Speaking of buying books, you should also make sure that your book cover is still appealing (and, hopefully, legible) when it is shrunk down to the size of a postage stamp. If someone finds your book in a search on Amazon, chances are it will look like this:

Or it might appear as a sponsored product (if you run ads) or under one of the many-changing carousels that Amazon uses, like customers also bought or books you may like, shown here:

It might not be obvious in the screenshot,  but some of the cover thumbnails have a legible title. Others don’t, but two attributes most share is that the cover image is appealing, and that readers can correctly identify the book’s genre.

4, Don’t Test Your Cover on a Kindle

eReaders like the Kindle are not as popular today as they were eight or ten years ago, but there are still a lot of readers who use their ereader everyday. You need to make sure your cover looks good in grayscale on an epaper screen.

Luckily for you, the Kindle and most other ereaders are actually very good at automatically converting color images to grayscale. A few months back I happened to have a reason to test how the Kindle handled highly detailed astronomy photos. I found that they were quite recognizable even though I did not take any steps to prep them for the Kindle’s E-ink screen.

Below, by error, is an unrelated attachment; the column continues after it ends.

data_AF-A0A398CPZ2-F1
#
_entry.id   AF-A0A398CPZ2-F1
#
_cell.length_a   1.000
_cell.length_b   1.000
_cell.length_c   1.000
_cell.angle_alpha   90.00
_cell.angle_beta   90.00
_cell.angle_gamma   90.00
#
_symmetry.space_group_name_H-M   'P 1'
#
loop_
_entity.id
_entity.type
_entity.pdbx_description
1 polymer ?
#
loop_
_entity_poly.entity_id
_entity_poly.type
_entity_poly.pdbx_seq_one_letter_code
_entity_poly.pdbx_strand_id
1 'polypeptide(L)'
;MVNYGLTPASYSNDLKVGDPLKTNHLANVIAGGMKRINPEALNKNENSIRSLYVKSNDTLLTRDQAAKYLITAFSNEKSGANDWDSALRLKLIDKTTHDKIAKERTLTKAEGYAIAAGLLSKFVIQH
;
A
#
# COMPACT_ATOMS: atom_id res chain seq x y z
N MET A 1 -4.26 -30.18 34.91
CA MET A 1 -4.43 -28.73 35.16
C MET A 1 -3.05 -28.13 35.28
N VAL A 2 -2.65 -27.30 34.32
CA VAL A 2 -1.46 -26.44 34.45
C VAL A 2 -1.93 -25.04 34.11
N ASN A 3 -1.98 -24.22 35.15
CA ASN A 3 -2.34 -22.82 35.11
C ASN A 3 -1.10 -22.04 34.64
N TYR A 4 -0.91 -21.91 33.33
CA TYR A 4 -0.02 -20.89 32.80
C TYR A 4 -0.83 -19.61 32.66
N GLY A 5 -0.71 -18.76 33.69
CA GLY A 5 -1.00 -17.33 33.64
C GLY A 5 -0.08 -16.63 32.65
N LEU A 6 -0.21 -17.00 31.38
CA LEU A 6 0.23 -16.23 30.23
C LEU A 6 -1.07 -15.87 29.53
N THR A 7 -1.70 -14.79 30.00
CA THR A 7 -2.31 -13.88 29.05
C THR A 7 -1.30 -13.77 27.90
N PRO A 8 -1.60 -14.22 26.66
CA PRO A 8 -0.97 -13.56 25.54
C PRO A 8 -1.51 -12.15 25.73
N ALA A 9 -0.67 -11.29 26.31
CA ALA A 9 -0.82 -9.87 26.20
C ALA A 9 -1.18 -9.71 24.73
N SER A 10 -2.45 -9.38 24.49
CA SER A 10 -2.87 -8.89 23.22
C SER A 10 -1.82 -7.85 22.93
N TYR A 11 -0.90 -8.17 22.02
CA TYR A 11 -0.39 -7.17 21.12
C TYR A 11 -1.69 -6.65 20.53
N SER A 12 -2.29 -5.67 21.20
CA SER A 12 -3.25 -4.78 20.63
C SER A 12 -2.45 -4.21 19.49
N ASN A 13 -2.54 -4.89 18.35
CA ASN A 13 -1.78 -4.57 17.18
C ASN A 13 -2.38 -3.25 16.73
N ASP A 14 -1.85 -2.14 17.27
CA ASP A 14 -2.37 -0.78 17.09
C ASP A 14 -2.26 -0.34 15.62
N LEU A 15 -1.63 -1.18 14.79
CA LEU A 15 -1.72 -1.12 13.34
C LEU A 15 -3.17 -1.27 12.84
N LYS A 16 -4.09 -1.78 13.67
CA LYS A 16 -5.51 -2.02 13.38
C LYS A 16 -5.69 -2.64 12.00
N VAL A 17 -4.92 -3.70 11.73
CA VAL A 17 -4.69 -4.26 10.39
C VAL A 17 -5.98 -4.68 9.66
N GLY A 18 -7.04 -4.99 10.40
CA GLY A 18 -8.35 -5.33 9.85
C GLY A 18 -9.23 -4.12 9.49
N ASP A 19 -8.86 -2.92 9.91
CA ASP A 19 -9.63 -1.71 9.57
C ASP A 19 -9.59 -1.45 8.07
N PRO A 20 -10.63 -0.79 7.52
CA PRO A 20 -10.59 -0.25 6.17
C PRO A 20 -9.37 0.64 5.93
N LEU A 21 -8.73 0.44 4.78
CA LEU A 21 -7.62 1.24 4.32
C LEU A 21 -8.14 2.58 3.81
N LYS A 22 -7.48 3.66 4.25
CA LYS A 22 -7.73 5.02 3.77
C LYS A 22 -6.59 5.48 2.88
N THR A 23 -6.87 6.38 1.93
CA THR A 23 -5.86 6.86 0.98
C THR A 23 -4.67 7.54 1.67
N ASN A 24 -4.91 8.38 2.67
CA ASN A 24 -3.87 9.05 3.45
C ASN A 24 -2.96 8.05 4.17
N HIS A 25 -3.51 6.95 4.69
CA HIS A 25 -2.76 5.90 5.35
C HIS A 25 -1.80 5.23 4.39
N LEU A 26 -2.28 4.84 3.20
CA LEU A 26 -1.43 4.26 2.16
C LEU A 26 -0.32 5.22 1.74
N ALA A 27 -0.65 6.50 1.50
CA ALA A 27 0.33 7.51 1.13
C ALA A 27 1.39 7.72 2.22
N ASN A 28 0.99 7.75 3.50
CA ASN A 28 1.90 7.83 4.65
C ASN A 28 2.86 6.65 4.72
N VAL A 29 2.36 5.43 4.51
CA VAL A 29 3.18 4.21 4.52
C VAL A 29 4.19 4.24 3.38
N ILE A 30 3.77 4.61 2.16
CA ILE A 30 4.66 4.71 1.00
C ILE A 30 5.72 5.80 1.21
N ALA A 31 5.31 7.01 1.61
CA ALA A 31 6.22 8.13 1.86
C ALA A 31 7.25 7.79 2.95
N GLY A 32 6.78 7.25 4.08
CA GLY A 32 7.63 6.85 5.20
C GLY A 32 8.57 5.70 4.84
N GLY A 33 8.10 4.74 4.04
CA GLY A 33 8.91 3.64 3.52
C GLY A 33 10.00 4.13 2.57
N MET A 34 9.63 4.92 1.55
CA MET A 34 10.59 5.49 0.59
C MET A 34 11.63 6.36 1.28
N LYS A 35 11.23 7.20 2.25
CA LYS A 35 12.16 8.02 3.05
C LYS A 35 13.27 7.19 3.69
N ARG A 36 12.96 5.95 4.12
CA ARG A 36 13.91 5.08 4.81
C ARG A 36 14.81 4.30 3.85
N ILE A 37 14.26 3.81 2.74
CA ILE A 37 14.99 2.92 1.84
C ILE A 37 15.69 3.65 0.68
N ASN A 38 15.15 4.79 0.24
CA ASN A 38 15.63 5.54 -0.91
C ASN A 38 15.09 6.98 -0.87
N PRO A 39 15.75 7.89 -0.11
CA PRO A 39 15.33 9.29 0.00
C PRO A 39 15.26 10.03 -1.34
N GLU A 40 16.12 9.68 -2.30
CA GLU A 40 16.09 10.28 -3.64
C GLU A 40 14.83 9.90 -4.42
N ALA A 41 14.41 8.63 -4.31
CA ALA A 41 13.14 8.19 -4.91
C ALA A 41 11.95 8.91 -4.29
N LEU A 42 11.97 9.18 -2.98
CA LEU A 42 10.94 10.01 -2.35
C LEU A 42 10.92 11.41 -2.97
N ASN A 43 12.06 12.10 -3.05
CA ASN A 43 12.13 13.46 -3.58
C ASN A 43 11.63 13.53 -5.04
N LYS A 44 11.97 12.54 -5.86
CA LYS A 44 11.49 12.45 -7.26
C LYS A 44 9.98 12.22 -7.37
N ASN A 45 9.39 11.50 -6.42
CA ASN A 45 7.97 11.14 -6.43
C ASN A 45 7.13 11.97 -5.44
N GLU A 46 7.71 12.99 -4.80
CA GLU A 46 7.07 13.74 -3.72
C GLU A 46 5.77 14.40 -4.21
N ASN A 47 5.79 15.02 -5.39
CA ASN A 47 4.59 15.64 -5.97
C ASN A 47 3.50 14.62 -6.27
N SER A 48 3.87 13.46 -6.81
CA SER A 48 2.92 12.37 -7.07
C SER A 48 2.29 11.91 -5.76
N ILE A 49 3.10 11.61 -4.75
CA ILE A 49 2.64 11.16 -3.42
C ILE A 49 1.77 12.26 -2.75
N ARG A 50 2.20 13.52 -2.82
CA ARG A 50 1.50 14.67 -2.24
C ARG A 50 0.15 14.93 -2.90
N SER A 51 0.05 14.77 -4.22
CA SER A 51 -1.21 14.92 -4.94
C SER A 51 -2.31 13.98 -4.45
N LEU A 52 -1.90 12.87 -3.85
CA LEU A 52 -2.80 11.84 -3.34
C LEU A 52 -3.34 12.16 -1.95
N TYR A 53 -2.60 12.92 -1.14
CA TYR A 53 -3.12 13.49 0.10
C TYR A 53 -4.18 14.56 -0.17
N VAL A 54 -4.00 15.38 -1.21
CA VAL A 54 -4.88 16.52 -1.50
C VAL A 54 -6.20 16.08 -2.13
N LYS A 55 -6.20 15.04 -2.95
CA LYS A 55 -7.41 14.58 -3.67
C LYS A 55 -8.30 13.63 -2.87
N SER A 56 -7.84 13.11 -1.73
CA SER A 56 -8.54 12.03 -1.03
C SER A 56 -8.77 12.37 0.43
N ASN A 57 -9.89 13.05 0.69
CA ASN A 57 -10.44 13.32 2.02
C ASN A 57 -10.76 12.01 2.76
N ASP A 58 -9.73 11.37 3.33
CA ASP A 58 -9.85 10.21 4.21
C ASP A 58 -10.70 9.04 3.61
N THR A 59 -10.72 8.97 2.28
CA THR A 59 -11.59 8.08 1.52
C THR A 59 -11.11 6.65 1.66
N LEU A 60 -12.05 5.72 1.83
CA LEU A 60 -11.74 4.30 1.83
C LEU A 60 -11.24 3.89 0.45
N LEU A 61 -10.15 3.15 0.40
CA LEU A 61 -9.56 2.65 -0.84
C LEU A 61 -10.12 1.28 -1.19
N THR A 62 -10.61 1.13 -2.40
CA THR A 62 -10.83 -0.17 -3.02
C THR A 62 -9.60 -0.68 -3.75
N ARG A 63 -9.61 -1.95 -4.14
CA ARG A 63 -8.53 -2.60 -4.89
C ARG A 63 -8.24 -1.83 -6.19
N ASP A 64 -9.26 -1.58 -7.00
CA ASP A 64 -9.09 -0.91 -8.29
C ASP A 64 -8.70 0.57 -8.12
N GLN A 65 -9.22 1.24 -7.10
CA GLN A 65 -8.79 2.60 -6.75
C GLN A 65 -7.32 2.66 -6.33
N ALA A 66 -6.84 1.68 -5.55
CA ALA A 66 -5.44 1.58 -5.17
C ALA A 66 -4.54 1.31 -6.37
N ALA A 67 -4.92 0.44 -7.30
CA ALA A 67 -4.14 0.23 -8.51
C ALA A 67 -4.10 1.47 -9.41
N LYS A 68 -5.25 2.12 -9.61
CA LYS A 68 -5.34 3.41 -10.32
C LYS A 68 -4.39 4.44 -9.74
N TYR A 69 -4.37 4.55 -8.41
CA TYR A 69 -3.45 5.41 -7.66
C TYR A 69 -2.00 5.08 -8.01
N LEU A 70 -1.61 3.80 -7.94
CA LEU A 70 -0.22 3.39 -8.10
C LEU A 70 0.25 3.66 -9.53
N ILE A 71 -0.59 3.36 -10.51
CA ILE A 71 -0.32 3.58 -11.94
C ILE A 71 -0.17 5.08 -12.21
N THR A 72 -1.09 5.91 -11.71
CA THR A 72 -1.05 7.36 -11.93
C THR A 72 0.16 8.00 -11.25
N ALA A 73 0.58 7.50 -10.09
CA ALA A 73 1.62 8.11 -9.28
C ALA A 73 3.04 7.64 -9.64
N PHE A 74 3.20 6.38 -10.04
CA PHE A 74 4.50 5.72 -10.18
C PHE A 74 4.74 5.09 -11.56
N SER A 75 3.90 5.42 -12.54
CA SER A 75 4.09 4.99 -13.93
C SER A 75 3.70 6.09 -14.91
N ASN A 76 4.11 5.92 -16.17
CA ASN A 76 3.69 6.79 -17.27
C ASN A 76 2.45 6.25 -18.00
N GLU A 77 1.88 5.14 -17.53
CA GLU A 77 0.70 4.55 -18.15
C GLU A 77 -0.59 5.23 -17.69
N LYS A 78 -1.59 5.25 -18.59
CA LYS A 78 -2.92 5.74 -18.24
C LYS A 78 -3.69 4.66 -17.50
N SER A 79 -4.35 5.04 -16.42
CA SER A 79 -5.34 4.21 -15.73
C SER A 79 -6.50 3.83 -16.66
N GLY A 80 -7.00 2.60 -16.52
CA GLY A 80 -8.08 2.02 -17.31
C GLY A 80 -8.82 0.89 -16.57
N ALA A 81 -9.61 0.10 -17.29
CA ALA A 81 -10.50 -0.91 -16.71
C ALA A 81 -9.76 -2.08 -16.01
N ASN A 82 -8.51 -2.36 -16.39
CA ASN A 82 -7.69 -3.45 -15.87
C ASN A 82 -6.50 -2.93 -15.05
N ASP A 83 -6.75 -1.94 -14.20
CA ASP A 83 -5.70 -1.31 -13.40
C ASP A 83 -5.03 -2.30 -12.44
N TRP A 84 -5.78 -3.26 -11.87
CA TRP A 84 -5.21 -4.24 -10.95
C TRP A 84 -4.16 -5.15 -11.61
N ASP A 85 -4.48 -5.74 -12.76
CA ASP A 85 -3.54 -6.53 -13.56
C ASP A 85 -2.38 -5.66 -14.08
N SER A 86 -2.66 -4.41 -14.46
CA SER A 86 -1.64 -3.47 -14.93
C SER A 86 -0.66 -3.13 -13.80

Even so, you should still test your book cover on (at least) the Kindle so that you can make sure it is legible.

5, Don’t Get Design Feedback From Readers and Industry Pros

A few months after I originally published this post in 2020, I happened to have the chance to show the the “A Beautiful Endeavor” cover to a panel of authors and designers at a con session on book covers. They all agreed it was an atrocious design, and should have been junked.

You can avoid this mistake by asking for feedback from readers and industry pros. There are any number of FB groups where you can show off your cover and ask for help, and you can also ask for help via your newsletter or on Twitter.

* * *

Don’t make these five  mistakes with your book covers!

 image by muffinn via Flickr

Hi, I'm Nate.

I build and fix websites for authors, and I am also a tech VA. I can build you a website that looks great and turns visitors into fans, and I can also fix your tech when it breaks. Let me fight with tech support so you don’t have to.

My blog has everything you need to know about websites and online services. Don’t see what you need. or want personalized help? Reach out.

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  1. Harald Johnson

    Yes, yes, and yes. And especially about the Grayscale thing. It’s all about “Brightness Contrast,” and I wrote an in-depth article about it here:

    And your last point about getting feedback from others including Pros is right on. Unfortunately, we just lost one of those with the passing of Joel Friedlander (and his monthly cover review feature, possibly), but I also have a group on GoodReads that does this.

  2. Bob Eckstein

    Good piece. Thanks! From a fellow cover designer.